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Guest Blog: A Mother’s Influence

When it comes to overall health and wellness, so much informs our attitudes, beliefs and behaviors. It’s what we see, hear, taste, see and simply… what we experience. And, it starts from the very beginning.

When I think about my own journey as a mother to my two sons, I tend to look at everything I do through the lens of my kids’ eyes. It’s never far from top of mind that they are soaking it all in – our mannerisms, tones, the things we say and the things we do… as well as the things we don’t say and don’t do.

Words to Live By

The way I grew up and the influence of my own mother certainly has been significant in who I am and the way I live my life as a woman and a mother. In reflecting on what I learned from my mom, a few key themes surfaced:

  • Take great care of our bodies and minds

Eating well and moving our bodies never took forced effort in our house, it just was the way we lived. To use food as an example, growing up my mom cooked pretty much all of our meals from scratch whether she was a stay-at-home mom during the early years or whether she was juggling a full time job as a nurse. This was a priority for her. She would be grating coconut, chopping vegetables and preparing ingredients to make a delicious Indian dish for dinner any given night of the week. AND, it was never “too much work” nor was she ever “too busy” to prepare a fresh, home cooked meal. And to this day, even in her retired years, she continues to cook from scratch for both herself and my father.

Along with other childhood activities and sports, we grew up being active as a family. We all loved playing tennis. I have memories of summer weekends playing tennis with my sister, friends or family or watching my parents play in the adult tennis leagues or spending time riding bikes or at the pool. Even now, my mom wakes up early and does her yoga and meditation routine daily and she exercises regularly. The only difference is that she has now traded in her tennis racket for golf clubs!

  • The importance of connection, love and support

Still to do this day, my mom’s smiles and heart felt love and support surrounds me and my family.  It’s like a sixth sense. You just feel it and know it. It’s genuine and it’s unconditional. As a 41-year-old woman, there is comfort that my mom still provides by her just “being there.”

  • No matter how busy life gets, make time for those in your life

Along similar lines, my mom has been a connector in our family. She keeps in regular touch not only with her own siblings but with my dad’s too, as well as cousins and of course my sister and I and our families. It’s not just a check mark off the list. She cares deeply. And keeping all those relationships strong, front and center takes priority.

  • Be a strong, positive role model for others, especially your kids

Most people who know my mom know her big warm smile. She’s never the center of the party, in fact, she’s more of a homebody! But she is always kind and respectful to others and that’s one of the many qualities I learned by example.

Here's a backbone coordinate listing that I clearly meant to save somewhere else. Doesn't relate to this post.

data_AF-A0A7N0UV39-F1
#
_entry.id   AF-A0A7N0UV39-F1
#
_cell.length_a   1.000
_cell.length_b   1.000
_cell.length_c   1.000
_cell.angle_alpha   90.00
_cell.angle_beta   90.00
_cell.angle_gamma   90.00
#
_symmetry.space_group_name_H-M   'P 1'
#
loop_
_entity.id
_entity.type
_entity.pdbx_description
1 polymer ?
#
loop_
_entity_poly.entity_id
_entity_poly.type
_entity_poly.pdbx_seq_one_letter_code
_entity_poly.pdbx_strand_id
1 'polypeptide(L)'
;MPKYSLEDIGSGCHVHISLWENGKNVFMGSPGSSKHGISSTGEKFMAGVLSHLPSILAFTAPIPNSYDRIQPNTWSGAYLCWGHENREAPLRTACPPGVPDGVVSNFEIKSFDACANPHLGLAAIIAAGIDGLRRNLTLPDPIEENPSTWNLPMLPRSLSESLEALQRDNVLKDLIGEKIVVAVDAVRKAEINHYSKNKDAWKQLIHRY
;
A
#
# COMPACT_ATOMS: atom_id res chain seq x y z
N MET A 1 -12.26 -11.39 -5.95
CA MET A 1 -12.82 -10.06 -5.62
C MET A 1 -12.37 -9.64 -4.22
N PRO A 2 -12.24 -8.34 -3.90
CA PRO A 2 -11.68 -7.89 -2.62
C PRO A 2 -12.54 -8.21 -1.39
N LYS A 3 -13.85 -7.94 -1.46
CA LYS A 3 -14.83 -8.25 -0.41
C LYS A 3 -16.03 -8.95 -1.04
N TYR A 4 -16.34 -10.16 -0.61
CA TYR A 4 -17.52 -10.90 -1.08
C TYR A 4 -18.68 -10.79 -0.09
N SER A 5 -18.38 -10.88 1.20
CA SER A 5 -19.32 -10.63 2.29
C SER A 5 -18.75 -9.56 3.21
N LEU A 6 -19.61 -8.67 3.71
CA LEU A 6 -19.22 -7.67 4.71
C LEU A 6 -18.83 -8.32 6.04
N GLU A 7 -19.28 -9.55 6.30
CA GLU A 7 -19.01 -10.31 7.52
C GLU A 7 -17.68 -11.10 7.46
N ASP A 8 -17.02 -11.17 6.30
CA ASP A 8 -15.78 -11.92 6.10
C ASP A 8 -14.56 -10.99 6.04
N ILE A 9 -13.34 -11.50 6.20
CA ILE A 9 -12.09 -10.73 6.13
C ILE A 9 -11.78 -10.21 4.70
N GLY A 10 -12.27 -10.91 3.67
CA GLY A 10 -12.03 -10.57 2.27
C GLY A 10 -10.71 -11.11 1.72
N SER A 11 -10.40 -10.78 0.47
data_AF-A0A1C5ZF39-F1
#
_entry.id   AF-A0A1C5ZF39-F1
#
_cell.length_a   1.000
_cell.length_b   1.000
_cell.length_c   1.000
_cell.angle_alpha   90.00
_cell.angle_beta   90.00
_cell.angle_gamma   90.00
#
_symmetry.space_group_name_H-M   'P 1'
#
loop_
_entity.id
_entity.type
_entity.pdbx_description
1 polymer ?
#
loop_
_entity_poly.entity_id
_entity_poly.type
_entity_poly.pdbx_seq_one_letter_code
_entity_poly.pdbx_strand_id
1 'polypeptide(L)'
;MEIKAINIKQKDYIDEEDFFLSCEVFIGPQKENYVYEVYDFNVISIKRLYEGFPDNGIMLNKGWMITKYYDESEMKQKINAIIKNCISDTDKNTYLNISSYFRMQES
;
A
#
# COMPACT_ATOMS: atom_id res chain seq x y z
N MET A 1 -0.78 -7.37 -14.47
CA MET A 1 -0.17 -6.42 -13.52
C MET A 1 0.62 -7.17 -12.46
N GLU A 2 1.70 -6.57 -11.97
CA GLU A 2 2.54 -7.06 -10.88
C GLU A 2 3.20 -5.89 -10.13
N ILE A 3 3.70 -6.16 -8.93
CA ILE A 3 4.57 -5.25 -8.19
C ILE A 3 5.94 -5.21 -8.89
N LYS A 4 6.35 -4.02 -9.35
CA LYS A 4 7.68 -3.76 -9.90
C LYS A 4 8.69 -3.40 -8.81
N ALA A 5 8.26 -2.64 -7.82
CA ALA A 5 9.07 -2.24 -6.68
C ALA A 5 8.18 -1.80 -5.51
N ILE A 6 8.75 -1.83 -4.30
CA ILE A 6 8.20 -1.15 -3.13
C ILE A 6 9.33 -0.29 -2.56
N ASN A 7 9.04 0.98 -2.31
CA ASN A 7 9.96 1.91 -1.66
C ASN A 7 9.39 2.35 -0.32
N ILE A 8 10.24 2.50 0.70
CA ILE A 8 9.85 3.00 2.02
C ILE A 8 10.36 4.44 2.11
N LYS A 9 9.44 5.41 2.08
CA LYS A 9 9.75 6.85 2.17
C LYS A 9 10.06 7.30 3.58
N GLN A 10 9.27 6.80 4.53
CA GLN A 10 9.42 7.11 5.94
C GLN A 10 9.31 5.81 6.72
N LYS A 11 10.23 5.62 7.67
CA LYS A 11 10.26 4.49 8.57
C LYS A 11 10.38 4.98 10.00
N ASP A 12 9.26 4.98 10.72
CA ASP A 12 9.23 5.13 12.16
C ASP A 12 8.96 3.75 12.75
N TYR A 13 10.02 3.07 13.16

Be A Good Influence & Remember Where You Come From

Also, set out for what you want to do, but be fluid with your plans as they may change or need to adapt. My mom grew up in India and of a generation when women were just starting to get out of the home and work. She completed her nursing degree in India and although she had been working already for many years as a registered nurse in the US, she went back for her Bachelors in Nursing when I was in high school. In fact, we graduated the same year. I am sure there was even more she would have liked to do, but we were proud of her. My sister and I also witnessed her (and my father) become a United States Citizen after decades of being permanent resident, green card holders. As a first-generation born American, I watched my parents find balance between maintaining and integrating their culture and “becoming American” – and sometimes this was a challenge. But they were always grateful for the opportunities they were blessed to have and didn’t take anything for granted.

The list is endless. And there’s nothing novel or earth shattering here; it’s actually quite significant and simple. “You are what you do, not what you say you will do.”

When we look at our society today, we each need to remember that each of us are accountable. As mothers, we bring in these beautiful, innocent human beings into the world and realize that some aspects of who we are will be innate, some things learned. Ask yourselves, what can we do to help shape and influence these people to be loving, peaceful, healthy human beings? I am full of gratitude each and every day to have this privilege to be my mom’s daughter and to have the opportunity to be a mother to my two sons.

Rita Williams, MA, CHES

Rita Karapurkar Williams, MA, CHES, is a certified Wellness Inventory Coach at Beebe Healthcare and has completed certificate programs in Integrative Health and Lifestyle, and mindfulness curriculum training. Beebe Wellness offers support that can help you on your journey to obtaining your vision of health.